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Stark Sailors Return Home

July 3, 1987

MAYPORT NAVAL STATION, Fla. (AP) _ The families of 44 sailors from the USS Stark greeted the crewmen with hugs, kisses, tears and homemade signs on their arrival home Thursday, six weeks after the frigate was attacked in the Persian Gulf.

The C-141 Air Force cargo plane lumbered into Mayport Naval Station about 4:40 p.m. EDT and was immediately boarded by several Navy officers who went aboard the windowless aircraft to brief the men about leave.

″It’s like having my own children back after I lost them for awhile,″ Rear Adm. Michael Kalleres, commander of Cruiser-Destroyer Group 12, said after their arrival.

″I’m proud of every one of them,″ Kalleres added. ″I shook each one of them’s hands. I talked to them. They are ecstatic to be back.″

Kalleres said the 42 crewmen and two officers, whom he described as tired but happy to be home, would be on leave until early August when the Stark returns to its home port at Mayport. They will then relieve the crewmen now aboard the ship, he said.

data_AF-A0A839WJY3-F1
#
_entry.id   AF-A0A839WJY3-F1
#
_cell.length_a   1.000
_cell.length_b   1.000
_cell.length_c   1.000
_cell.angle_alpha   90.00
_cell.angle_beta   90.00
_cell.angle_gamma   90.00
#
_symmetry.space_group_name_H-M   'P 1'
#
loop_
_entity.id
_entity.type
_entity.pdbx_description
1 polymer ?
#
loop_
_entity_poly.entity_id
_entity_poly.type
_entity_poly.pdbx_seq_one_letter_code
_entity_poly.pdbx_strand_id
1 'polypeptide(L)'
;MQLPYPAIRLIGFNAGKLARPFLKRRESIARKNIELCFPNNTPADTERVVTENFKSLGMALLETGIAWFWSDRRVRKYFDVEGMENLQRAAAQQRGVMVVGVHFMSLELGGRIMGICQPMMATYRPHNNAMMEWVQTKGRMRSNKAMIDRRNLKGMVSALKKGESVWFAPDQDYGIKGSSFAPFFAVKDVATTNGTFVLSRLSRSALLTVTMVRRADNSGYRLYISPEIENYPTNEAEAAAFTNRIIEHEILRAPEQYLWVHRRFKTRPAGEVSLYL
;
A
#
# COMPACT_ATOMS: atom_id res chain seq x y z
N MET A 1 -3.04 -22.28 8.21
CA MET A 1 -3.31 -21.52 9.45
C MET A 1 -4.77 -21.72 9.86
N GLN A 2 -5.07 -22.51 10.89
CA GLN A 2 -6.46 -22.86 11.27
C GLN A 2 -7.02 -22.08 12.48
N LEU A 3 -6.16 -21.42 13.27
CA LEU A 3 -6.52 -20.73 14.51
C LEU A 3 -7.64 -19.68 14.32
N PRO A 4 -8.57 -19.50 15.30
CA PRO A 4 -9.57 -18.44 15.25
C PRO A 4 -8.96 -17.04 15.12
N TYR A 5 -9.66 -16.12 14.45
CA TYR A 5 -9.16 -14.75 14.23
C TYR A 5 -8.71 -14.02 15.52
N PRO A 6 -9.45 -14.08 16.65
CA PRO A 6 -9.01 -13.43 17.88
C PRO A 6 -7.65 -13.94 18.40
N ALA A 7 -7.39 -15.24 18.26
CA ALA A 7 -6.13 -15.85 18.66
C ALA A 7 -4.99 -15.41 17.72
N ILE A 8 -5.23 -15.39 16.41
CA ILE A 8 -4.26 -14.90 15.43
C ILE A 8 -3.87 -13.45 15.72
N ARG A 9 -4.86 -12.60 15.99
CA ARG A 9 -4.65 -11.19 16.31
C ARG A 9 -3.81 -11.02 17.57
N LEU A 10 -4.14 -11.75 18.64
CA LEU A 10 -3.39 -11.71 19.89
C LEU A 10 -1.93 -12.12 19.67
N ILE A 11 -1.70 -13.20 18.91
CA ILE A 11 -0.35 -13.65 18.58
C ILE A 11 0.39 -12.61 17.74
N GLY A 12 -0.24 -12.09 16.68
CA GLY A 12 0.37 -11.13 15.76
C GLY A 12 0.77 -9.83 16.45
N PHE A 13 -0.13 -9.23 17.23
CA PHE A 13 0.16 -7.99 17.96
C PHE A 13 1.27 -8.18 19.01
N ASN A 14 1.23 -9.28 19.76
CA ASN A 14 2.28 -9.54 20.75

The sailors, all dressed in civilian clothes, ignored reporters’ questions shouted to them after they got off the plane and also declined requests for interviews.

″They were reminded there is an investigation under way and told not to say anything to impact the investigation,″ said Cmdr. Fred Leeder, a Navy spokesman.

The crewmen were flown to this northeast Florida base from Bahrain with a refueling stopover at the U.S. Naval Station at Rota, Spain, to a homecoming of about 50 family members, including a pregnant woman in the early stages of labor who left a hospital to greet her husband, Kalleres said.

Accompanying the woman, who was unidentified, was a little girl carrying a sign that read ″Daddy, I wuv you.″

The joys of the homecoming, however, were tinged by memories of the deaths of 37 shipmates killed when the Stark was hit May 17 by two missiles fired by an Iraqi warplane off the coast of Bahrain.

Two sailors who suffered serious burns and other sailors accompanying the bodies of the dead crewmen have returned since the attack.

Formal welcoming ceremonies will be delayed until the Stark, which sailed out of Mayport in early February, returns home next month with a sister ship, the Stephen W. Groves, according to Chief Petty Officer Art Riccio, a base spokesman.

A new skipper, Cmdr. John B. Noll, will bring the guided-missile frigate home Aug. 5.

Capt. Glenn Brindel was relieved of duty last week pending a possible court-martial for allegedly failing to avert the missile strike or minimize losses.

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